Just as Austin’s skyline has changed over the past 15 years so has the way Austin homicide detectives use technology to catch a killer. KXAN’s Sally Hernandez was given rare access to see how the Austin Police Department solves murder mysteries with technology and from the perspective of its most seasoned homicide detective.

Detective David Fugitt has been with APD since he graduated from the academy nearly two decades ago. For 15 years, Fugitt has worked some of Austin’s most horrific crimes as head of APD’s Homicide Unit. He has assisted with 300 homicide investigations and has been the lead detective in 43 of those cases. 

“This affects every aspect of our lives. We live murder and mayhem day in and day out,” he says. His job is a delicate mixture of compassion for the victim’s family and passion to find the killer.

Time is not always on our side.

“It’s not easy to do. When I approach a crime scene and I look at that body, I look at it as a body of evidence. I determine what can I glean from that potentially? Is it going to be DNA, is there trace evidence that will help me identify that perpetrator?’ I try not to envision that person as someone who was eating, breathing, talking mere minutes beforehand. By taking that approach it helps me stay on track and focus on what I need to do.”

It’s a race against time to find the perpetrator. He says it is common for detectives to spend up to 18 hours combing through a murder scene looking for clues.

“Time is not always on our side. We are out there processing the crime scene and in the meantime that assailant, if they escaped, they are getting rid of evidence, they are establishing alibis, they are fleeing.”

Turning to Tech

As criminals evolve so does the technology used to catch them. Fugitt says investigators are using cutting-edge technology to solve crimes faster, more effectively and efficiently.

When Fugitt started, there weren’t smartphones, there were barely any cellphones. And getting access to the latest and greatest items on the market wasn’t easy.

“We had a number of Polaroid spectra cameras that were still assigned to the homicide unit in 2003. They were commercially available in 1986 but we still used them!” joked Fugitt.

“I didn’t have the ability either if I’m at the crime scene and I needed to show a picture of a weapon or the victim to the homicide detectives back at the unit, I couldn’t snap a photo and send it as I could today.”

Fugitt says one of the most significant advancements in technology in the past decade has been in DNA processing. It’s called Snapshot. Parabon Nanolabs developed software that uses even the smallest amount of DNA found at a crime scene to predict the facial features of a suspect.

“They can give us info on a person’s ancestry, eye color, hair color, whether the person has freckles, skin tone even the shape of a person’s face,” says Fugitt.

Another tool Fugitt is turning to is 3D scanners. 3D scanners have been used for years by engineers and land surveyors but now detectives are finding it useful in other ways.

“We are just getting into that field where we can take a 3D scanner into a crime scene and this scanner can map millions of points in a matter of minutes,” says Fugitt. 3D laser scanning also allows forensic scientist to revisit the scene digitally as many times as they wish. 

CEO of 3-D Forensics Jason Fries says their product is changing how a crime scene is processed.

“With sub-inch accuracy and millions of data point it allows the forensic team to analyze every inch of a crime scene with computer level of precision,” explains Fries. “3D laser scanning allows for complex analysis of the bullet trajectory, blood splatter, property destruction and criminal vehicle matters.”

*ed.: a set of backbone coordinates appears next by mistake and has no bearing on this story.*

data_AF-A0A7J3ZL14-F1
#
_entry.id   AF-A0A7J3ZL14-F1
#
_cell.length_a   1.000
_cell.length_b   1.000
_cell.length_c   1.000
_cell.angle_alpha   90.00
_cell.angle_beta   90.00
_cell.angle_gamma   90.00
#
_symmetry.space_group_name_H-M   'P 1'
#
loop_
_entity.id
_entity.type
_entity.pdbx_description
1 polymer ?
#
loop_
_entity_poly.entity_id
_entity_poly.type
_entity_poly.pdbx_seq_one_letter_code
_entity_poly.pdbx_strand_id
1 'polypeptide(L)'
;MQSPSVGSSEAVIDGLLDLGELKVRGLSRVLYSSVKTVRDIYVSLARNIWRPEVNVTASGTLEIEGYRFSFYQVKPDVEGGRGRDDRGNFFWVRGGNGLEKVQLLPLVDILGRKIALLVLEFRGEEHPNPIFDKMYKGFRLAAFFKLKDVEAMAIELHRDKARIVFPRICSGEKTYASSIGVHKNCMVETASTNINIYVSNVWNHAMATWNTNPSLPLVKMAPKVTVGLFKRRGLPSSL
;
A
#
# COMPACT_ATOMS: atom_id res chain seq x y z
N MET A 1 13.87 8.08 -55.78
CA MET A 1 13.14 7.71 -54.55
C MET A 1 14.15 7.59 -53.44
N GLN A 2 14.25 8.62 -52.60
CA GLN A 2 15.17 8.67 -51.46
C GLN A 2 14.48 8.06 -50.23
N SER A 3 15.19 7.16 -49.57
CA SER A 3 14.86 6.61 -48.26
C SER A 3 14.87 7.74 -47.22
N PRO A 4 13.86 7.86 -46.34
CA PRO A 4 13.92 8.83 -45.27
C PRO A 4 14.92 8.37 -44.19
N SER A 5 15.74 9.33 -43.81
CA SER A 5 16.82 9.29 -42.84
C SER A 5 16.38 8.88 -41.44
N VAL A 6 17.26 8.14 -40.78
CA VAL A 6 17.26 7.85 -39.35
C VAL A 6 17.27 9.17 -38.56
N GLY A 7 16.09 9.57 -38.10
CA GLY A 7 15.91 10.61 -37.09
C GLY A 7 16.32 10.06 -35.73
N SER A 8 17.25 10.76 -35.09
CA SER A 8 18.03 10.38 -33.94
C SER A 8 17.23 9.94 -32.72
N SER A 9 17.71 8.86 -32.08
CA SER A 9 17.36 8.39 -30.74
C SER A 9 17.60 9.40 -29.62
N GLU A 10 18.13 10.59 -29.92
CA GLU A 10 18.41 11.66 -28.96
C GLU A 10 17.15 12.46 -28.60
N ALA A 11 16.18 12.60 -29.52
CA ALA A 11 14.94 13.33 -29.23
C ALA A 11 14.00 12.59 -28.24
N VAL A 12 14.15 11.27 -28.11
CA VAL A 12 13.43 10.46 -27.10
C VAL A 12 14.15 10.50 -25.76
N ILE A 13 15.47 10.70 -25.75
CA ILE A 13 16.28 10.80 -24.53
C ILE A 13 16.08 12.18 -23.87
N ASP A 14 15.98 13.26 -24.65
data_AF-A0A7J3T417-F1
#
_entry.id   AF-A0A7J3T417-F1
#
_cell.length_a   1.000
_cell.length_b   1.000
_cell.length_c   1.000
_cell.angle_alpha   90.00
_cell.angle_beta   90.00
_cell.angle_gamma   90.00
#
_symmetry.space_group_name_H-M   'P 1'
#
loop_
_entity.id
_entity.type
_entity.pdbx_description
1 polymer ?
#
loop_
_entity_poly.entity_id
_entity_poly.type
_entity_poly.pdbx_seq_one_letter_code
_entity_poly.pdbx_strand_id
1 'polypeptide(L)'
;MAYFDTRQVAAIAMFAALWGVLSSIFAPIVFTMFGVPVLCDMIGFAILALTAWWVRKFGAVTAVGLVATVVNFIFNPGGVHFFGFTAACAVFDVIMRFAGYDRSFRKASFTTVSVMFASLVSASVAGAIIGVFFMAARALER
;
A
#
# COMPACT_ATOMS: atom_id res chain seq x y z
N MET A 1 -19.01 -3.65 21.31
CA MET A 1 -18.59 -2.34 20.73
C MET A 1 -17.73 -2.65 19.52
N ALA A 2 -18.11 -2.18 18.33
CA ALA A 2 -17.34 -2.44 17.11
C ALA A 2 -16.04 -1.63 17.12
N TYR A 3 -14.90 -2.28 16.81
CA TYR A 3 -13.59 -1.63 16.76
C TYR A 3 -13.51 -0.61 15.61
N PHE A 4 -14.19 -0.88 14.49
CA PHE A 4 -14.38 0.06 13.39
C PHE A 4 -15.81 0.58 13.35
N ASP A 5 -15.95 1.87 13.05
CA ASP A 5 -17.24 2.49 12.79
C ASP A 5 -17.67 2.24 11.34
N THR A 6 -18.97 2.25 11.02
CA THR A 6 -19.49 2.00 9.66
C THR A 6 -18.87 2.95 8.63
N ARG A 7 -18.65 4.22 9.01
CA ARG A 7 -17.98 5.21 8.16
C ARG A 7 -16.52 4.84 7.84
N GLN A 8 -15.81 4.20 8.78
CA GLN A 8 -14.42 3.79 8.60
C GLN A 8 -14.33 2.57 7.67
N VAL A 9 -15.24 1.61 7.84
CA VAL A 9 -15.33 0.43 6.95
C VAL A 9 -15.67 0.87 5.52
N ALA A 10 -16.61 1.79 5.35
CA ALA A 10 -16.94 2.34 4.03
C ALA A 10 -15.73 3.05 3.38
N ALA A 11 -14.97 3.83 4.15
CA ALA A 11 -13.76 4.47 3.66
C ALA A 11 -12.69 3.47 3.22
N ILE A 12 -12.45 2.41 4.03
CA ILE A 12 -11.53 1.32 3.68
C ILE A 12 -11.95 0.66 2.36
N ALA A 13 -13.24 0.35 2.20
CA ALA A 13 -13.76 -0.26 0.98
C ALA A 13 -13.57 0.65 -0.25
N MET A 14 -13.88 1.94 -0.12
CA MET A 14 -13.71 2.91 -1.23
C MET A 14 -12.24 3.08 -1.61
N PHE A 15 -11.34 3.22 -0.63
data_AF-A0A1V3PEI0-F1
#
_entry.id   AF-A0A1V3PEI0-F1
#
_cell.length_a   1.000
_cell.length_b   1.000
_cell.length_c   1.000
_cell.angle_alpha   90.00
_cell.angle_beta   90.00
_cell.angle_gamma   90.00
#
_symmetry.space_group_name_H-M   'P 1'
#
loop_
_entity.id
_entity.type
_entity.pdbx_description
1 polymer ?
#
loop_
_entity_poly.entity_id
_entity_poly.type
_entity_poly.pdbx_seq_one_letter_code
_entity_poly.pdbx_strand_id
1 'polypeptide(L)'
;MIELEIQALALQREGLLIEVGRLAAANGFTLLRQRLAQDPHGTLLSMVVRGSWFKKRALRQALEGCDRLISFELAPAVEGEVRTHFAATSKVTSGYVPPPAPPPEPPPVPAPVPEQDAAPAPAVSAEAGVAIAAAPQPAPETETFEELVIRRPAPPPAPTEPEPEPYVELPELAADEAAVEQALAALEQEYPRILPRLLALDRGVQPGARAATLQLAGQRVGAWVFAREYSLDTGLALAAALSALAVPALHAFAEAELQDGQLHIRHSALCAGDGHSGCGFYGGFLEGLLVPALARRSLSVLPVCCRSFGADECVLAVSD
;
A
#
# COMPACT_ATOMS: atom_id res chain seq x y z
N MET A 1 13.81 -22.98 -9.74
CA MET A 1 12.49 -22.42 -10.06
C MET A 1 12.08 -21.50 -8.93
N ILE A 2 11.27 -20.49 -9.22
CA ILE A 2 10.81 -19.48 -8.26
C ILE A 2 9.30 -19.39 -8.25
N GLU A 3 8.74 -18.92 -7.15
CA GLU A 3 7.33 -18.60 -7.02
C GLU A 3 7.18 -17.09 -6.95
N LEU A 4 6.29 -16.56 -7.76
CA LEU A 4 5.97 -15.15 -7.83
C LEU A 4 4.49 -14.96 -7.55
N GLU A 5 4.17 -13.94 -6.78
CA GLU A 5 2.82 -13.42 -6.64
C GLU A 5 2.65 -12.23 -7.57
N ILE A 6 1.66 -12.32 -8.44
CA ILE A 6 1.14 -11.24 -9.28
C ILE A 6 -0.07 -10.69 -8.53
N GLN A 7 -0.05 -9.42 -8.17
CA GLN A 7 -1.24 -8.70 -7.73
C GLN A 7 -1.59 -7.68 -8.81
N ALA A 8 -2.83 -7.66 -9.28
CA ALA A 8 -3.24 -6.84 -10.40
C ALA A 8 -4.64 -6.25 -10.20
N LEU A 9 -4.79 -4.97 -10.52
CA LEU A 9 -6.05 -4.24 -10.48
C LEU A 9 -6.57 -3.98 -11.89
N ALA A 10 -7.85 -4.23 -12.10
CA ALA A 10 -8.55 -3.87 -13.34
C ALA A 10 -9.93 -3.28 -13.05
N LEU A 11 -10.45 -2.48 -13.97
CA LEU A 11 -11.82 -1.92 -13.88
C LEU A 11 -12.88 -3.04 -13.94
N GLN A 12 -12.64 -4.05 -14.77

This spring, when a serial bomber detonated packages across Austin, APD used a 3D scanner to survey one of the sites. 

“When I assisted with the bombing investigation on Galindo Drive we actually used one of the 3D mapping scanners and we basically placed it at the seat of the explosion and map that scene in hours and capture all those points at that scene. We can now, weeks later, go and look at those diagrams and figure out the trajectory and where the individual was standing when the bomb went off.”

APD is also looking into how drones can help speed up investigations. When Fugitt recently toured the Forensic Anthropology Research Center in San Marcos, a 26-acre outdoor human decomposition laboratory at Texas State’s Freeman Ranch, where he found out they were using drones to locate bodies. 

“For searching, we are currently working on determining the best spectra (infrared, NIR, visual, etc.) and signature to locate bodies depending on how long they have been dead,” says Daniel Westcott, the lab’s director. 

Fugitt wishes he had today’s drone technology a few years ago.

“Back in 2014, I had a case when a lab retriever got out of his owner’s backyard and returned the following morning with a human skull. We spent two exhausting days searching this large field trying to find the other remains. Just to think if we had had the technology with the drones and the infrared lights, that would have saved so much time than going out there and covering that massive amount of area in hours whereas it took us days.”

Over the years even with all the changes in technology, one resource remains the same: Fugitt’s relentless passion.

“As morbid as it sounds, I really enjoy what I do and I’m dedicated to it,” said Fugitt, who is committed to the families who depend on him and technology at their darkest hour.

“I let the families know that I am with them from day one. That they are not going to go through this process alone… because their family, in essence, becomes part of my family.”